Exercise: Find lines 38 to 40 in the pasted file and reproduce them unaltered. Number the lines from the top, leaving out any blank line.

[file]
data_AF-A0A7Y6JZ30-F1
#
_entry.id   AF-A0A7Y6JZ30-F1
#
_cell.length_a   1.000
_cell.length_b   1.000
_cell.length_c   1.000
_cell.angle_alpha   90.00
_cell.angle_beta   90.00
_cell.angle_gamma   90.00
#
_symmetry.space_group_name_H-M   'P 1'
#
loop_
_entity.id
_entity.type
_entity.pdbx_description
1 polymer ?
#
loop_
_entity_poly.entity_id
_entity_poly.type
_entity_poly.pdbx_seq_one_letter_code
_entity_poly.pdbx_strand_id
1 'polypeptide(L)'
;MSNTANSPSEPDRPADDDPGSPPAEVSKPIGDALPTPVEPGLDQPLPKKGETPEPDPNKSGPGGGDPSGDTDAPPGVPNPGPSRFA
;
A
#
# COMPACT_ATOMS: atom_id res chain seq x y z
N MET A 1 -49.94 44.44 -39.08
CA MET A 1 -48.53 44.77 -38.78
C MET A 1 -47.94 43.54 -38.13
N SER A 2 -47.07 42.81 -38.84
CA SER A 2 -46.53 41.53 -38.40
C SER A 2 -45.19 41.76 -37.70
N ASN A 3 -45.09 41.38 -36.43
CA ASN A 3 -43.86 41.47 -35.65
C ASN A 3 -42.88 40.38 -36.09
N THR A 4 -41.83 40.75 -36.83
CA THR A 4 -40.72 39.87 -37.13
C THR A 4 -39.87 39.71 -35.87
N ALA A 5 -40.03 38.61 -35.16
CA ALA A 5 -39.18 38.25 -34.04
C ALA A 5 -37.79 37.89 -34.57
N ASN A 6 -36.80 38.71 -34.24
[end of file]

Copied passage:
CA ASN A 3 -43.86 41.47 -35.65
C ASN A 3 -42.88 40.38 -36.09
N THR A 4 -41.83 40.75 -36.83